Subject: File No. SR-FINRA-2010-035
From: Jenice L. Malecki, Esq.
Affiliation: Malecki Law

August 24, 2010

I have been practicing as a lawyer in the securities field for 20 years almost exclusively. I am a member of the Board of Directors of the Public Investors Arbitration Bar Association. I am also an arbitrator for FINRA. I generally and frequently appear on behalf of public investors in FINRA arbitrations.

I support the revised discovery guide. It addresses important lessons we have learned as legal practitioners in this area in FINRA related discovery matters over the past decade.

I would caution that, while it incorporates past lessons, it does not address "real time" concerns. Currently, in my practice, I see quite a few cases involving private investments sold by FINRA members, such as private placements, notes, hedge funds and non-conventional investments, like CMOs and CDOS, to name a few. I know that my colleagues and I also see a lot of "product" cases, for defective, albeit fraudulent, ill-structured products that should never have been sold to the investing public or at least a vast subset of the investing public.

The discovery guide does not specifically address production of documents such as "due diligence" and structuring files for these private and non-conventional investments. The production of these documents is critical. It made all the difference in two recent cases I tried, one where arbitrators required the production of due diligence files and one where they did not.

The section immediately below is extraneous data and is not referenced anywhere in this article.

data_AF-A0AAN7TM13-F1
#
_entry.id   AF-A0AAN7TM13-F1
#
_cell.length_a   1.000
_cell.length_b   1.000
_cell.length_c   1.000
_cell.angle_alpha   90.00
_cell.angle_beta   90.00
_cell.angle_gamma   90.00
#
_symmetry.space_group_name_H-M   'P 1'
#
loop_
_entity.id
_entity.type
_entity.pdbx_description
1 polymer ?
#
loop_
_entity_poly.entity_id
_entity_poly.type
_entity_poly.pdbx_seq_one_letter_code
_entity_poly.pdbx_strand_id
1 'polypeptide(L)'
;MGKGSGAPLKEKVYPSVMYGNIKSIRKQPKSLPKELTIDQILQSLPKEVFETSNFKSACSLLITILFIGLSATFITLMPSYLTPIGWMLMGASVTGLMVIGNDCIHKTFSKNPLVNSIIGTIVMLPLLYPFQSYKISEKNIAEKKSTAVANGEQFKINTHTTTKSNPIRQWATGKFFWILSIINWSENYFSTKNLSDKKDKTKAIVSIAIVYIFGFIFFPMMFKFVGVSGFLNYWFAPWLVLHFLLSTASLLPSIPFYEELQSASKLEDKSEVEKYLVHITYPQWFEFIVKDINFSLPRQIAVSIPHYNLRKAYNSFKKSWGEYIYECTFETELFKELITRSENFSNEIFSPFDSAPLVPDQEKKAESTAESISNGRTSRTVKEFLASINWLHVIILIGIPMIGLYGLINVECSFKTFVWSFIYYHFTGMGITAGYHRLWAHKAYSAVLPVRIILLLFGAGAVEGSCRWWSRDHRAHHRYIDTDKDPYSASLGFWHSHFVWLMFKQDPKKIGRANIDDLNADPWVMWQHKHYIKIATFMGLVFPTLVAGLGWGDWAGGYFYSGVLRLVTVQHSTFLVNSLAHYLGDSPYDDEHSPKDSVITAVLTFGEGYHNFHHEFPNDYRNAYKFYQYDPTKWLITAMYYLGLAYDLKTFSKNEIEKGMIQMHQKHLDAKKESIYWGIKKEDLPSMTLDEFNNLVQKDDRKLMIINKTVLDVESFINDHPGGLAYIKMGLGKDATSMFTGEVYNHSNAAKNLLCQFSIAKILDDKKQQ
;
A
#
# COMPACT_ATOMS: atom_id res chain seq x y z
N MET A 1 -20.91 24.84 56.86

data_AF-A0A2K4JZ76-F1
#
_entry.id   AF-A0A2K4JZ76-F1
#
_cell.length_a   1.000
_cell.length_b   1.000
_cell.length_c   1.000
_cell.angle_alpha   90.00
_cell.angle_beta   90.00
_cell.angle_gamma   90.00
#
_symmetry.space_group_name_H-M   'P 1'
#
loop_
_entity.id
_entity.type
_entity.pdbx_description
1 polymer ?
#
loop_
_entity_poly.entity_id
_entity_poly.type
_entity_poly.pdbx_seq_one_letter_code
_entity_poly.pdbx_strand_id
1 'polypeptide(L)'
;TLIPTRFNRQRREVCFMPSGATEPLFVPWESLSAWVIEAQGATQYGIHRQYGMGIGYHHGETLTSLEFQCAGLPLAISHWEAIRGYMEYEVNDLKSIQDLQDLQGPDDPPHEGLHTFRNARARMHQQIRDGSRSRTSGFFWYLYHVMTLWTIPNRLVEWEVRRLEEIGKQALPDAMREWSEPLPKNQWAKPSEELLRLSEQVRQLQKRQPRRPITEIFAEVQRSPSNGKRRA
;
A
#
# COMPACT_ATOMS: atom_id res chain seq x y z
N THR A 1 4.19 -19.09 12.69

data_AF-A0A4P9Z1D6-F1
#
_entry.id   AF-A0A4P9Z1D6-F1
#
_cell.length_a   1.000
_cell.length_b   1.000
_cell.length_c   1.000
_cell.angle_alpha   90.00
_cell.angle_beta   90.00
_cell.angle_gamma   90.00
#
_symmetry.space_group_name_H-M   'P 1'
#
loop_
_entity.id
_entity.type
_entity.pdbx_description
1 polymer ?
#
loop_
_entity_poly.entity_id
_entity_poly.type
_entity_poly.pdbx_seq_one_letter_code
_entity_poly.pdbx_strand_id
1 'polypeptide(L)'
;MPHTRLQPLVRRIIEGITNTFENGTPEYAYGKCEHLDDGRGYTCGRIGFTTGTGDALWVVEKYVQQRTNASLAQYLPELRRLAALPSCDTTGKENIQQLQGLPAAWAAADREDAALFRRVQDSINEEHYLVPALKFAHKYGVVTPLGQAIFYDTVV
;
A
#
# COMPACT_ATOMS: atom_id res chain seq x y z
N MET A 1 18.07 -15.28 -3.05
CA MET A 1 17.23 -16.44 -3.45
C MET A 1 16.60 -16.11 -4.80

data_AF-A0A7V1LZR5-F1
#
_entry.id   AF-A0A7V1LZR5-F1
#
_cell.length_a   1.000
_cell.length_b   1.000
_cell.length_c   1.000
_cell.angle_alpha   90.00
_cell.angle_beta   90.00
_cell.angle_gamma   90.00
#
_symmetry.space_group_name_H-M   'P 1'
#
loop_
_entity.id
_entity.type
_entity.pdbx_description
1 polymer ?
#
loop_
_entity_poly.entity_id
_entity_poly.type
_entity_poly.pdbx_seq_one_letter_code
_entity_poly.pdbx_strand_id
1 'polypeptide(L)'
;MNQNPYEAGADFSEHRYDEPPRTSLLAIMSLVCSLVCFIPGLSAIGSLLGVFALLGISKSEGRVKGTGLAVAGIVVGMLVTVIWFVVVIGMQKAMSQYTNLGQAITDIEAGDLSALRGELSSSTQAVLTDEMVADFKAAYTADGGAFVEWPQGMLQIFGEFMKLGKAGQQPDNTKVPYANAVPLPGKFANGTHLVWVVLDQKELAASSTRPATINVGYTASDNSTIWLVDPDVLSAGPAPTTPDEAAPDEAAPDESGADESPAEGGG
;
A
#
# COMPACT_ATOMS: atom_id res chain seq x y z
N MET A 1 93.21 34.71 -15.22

These types of investments have been the subject of several FINRA Notices to Members, particularly recently in NTM 10-22 addressing private placements. Non-conventional investments have been addressed in NTM 03-71 and others as follows:

08-35 Public Offerings of DPPs and REITS
09-09 Unlisted REITS and DPPs
03-07 Obligations When Selling Hedge Funds
03-71 Obligations When Selling Non Conventional Investments
05-26 New Products
05-48 Outsourcing
05-18 Private Placement of Tenant in Common Interests

Not addressing the products that are currently at the forefront of industry claims is a mistake. An attempt to add in some of what we have learned in these NTMs about selling and due diligence obligations, as well as documentation relating to structuring should be incorporated into the rule.

Regardless, I do support the rule as a positive change from NTM 99-90.